AbstractsEngineering

Brace Yourself: Reducing Medial Knee Loading for Treatment of Osteoarthritis

by Scott Brandon




Institution: Queen's University
Department: Mechanical and Materials Engineering
Degree: PhD
Year: 2015
Keywords: Knee Contact; OpenSim; Osteoarthrtitis; Musculoskeletal Model; Static Optimization; Knee Brace
Record ID: 2060600
Full text PDF: http://qspace.library.queensu.ca/bitstream/1974/12707/1/Brandon_Scott_C_E_201501_PhD.pdf


Abstract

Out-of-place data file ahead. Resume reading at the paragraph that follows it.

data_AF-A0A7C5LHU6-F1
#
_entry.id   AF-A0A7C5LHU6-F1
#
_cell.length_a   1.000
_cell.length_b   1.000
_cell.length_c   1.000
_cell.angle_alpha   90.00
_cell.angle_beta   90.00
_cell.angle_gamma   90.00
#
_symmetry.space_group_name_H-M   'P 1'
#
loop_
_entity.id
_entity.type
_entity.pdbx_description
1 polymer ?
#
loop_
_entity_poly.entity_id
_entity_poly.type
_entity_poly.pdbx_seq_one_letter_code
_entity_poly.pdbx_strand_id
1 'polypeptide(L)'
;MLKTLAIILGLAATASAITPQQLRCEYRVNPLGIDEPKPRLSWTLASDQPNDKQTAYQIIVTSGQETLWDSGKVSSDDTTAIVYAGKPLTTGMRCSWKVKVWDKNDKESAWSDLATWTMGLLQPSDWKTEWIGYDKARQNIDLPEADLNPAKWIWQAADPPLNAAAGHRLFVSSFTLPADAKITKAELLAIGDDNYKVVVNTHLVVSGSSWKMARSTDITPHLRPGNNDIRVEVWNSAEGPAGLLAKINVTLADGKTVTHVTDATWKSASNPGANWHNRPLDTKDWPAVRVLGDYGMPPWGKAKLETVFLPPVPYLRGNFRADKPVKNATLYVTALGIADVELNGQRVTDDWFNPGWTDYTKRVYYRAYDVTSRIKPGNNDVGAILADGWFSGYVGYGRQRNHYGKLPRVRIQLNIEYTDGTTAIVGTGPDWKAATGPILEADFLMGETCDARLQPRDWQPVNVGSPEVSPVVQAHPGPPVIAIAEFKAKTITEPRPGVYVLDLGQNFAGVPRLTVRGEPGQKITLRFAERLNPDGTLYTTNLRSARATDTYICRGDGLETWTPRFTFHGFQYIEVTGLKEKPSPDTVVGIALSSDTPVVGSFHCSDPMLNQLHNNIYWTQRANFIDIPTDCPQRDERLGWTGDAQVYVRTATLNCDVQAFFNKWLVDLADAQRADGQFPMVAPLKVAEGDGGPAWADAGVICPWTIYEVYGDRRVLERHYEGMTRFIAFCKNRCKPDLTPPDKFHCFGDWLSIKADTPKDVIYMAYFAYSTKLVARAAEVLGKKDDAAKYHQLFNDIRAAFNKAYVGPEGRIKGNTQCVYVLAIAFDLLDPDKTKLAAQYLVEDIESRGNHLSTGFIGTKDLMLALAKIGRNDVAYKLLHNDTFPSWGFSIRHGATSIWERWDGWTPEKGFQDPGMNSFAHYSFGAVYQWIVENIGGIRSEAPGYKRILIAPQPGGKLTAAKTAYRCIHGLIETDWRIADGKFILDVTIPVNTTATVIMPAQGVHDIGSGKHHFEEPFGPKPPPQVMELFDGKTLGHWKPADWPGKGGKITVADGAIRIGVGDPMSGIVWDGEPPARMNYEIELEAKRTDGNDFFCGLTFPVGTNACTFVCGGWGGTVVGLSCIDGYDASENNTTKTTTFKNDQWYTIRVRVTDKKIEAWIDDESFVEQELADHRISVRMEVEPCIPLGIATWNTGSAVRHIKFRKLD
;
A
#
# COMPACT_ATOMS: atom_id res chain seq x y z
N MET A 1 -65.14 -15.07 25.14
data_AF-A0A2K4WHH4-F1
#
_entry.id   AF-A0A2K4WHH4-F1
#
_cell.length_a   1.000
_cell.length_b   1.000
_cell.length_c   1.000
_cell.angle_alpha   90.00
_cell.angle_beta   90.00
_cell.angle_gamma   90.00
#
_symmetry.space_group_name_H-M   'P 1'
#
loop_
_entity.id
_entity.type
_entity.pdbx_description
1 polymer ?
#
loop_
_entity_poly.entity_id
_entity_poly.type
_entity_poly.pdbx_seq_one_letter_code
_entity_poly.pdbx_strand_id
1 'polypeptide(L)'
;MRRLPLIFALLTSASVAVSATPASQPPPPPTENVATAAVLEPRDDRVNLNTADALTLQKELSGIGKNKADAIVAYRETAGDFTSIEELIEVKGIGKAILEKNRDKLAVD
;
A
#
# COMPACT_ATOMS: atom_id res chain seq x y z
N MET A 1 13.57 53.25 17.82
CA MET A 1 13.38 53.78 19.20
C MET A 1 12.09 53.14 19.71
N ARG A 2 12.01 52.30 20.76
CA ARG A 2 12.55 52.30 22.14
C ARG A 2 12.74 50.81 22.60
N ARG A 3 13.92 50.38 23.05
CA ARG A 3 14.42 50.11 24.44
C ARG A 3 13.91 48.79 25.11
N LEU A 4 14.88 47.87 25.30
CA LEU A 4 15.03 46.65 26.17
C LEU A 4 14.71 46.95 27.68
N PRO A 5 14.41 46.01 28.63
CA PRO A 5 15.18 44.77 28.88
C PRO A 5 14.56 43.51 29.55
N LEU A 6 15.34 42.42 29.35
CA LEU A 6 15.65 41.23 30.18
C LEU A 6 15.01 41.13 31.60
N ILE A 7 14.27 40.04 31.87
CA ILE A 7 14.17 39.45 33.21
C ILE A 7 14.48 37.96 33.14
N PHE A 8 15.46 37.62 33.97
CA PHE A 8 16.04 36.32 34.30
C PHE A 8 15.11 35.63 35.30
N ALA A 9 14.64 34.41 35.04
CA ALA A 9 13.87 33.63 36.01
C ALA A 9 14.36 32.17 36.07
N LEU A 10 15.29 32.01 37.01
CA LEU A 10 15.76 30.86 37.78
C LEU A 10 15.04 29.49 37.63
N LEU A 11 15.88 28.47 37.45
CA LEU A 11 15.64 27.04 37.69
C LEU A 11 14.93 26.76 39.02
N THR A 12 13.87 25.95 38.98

Compared with healthy controls, subjects with medial knee osteoarthritis walk using similar kinematics but greater activation of knee-spanning muscles, especially on the lateral side of the knee (furthest from centerline of the body). Although muscle forces generally compress the knee joint, it had been speculated that this specific activation pattern actually reduces compressive loads across the medial (closest to centerline) side of the knee where osteoarthritis is most common. It is not feasible to measure intra-articular contact forces in biological human knee joints. Therefore, a musculoskeletal simulation was developed to estimate the effect of elevated activation on knee contact forces. A generic musculoskeletal model was adapted to account for subject-specific frontal-plane alignment of the knee joint, and modified to isolate the medial and lateral components of the compressive knee contact load. The model’s predictions were validated using in vivo data obtained from a subject with an instrumented knee prosthesis. Subsequently, the model was used to demonstrate that elevated muscle activation, as found in osteoarthritis subjects, does not protect against harmful medial loads, but actually contribute to an increase in peak load shortly after heel-strike. Since osteoarthritis subjects did not appear to adopt a protective gait pattern, the second half of the dissertation was devoted to the evaluation of a clinical device that is known to reduce medial loads during gait: the knee unloader brace. To accomplish medial unloading, braces apply a frontal plane abduction moment to the knee which, if large enough, would pry open the medial contact surfaces. A novel method was developed to non-invasively compute the abduction moment applied by the brace to each subject’s leg using a mechanical stiffness calibration. The computed brace moment was incorporated into the musculoskeletal model in order to quantify relative contributions of muscle forces, inverse dynamic joint loads, and the applied brace load in reducing medial contact forces for treatment of medial knee osteoarthritis. The model revealed that kinematic, muscular, and inverse dynamic changes were dominated by the large applied brace moment. The medial unloading effect of knee braces could be enhanced by reducing external and muscle forces through gait modification.